There are some that are very high power and others that are prototype tubular filament LED.
Like a diode but with many series junctions, so voltage forward can be 30-100V.

Enjoy,

Jon







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Jean-Paul
 

Rebonjour,

No TEK adapters exist For lamp and LED testing.
We made binding post adapters for the test fixtures, two male banana plugs and two small pieces are acrylic plastic, in a sandwich separated by stand-offs.

The 576 is huge and dominantes a bench, It is a fine instrument for power electronics and lighting control development. Only service in 25 years, replaced the gratiticule or fiber optic display lamps.

Ever see the SCR turnoff time test adapter?

Bon journée
Jon


Tom Bowers
 

Yet another use for a Curve Tracer;

In the 1970s we were having a problem with a custom digital logic family
and interconnect through long twisted pair wiring. A transmission line
problem. The wiring was hundreds of signals, about 80 ohms characteristic
impedance, maybe 6 to 10 feet long, and driven with 5 to 7 nS edge rates.
The transmission lines were terminated in logic gates. Once I put a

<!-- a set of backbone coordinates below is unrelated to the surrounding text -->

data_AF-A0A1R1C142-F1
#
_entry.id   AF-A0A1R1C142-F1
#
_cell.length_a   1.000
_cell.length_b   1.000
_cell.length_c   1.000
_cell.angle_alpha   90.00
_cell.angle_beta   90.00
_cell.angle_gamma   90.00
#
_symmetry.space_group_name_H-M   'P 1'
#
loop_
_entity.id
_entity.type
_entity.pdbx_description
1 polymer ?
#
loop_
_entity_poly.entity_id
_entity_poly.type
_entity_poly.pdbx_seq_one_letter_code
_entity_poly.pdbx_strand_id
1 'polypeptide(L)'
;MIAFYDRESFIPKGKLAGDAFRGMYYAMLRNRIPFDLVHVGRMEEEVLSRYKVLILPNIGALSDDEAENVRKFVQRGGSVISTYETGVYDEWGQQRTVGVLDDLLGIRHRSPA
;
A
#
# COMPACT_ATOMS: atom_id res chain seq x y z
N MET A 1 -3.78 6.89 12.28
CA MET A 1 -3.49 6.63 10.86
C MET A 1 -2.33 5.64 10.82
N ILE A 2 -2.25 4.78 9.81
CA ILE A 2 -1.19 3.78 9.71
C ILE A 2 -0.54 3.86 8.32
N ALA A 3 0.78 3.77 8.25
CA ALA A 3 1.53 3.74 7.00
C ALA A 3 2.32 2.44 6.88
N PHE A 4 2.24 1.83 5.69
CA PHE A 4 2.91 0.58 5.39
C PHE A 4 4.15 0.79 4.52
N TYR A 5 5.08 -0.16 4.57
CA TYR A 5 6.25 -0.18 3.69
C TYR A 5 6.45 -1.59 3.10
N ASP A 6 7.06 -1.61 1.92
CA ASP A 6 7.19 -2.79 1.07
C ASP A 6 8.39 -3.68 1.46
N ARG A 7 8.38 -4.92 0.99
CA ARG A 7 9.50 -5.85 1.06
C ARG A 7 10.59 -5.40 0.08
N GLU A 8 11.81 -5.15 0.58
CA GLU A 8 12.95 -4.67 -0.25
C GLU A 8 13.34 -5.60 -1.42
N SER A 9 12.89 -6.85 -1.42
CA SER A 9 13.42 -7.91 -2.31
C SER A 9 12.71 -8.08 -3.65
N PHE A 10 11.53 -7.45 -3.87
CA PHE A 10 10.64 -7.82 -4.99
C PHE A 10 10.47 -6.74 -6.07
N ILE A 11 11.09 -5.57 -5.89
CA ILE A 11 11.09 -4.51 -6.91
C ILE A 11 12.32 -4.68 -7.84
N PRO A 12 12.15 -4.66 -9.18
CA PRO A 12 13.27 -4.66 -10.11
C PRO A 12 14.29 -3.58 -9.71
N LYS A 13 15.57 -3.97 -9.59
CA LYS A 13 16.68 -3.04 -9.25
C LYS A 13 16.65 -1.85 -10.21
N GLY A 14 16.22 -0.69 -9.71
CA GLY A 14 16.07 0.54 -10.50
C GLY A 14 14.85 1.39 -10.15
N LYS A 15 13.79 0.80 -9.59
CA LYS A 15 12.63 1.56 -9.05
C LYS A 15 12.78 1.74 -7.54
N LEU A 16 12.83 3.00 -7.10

receiver logic gate on the 576 CT to analyze the termination impedance I
could immediately see the non-linear termination. It transitioned from a
low impedance clamp diode below ground, to logic low impedance, then higher
impedance above the TTL threshold.

The device under test was powered from a separate power supply. A common
Ground was connected to the 576 "E" terminal, grounded. The "C" terminal
connected to the device under test logic input and the 576 was used in AC
mode to view the logic gate V/I curve. Once I understood this
characteristic, I could figure out how to add additional transmission line
termination techniques to get the digital signal working properly. TEK 576
to the rescue! I've had one available for use ever since.

Tom Bowers
PVH Engineering

On Fri, Dec 11, 2020 at 3:41 AM Jean-Paul <jonpaul@ix.netcom.com> wrote:

Rebonjour,

No TEK adapters exist For lamp and LED testing.
We made binding post adapters for the test fixtures, two male banana plugs
and two small pieces are acrylic plastic, in a sandwich separated by
stand-offs.

The 576 is huge and dominantes a bench, It is a fine instrument for
power electronics and lighting control development. Only service in 25
years, replaced the gratiticule or fiber optic display lamps.

Ever see the SCR turnoff time test adapter?

Bon journée
Jon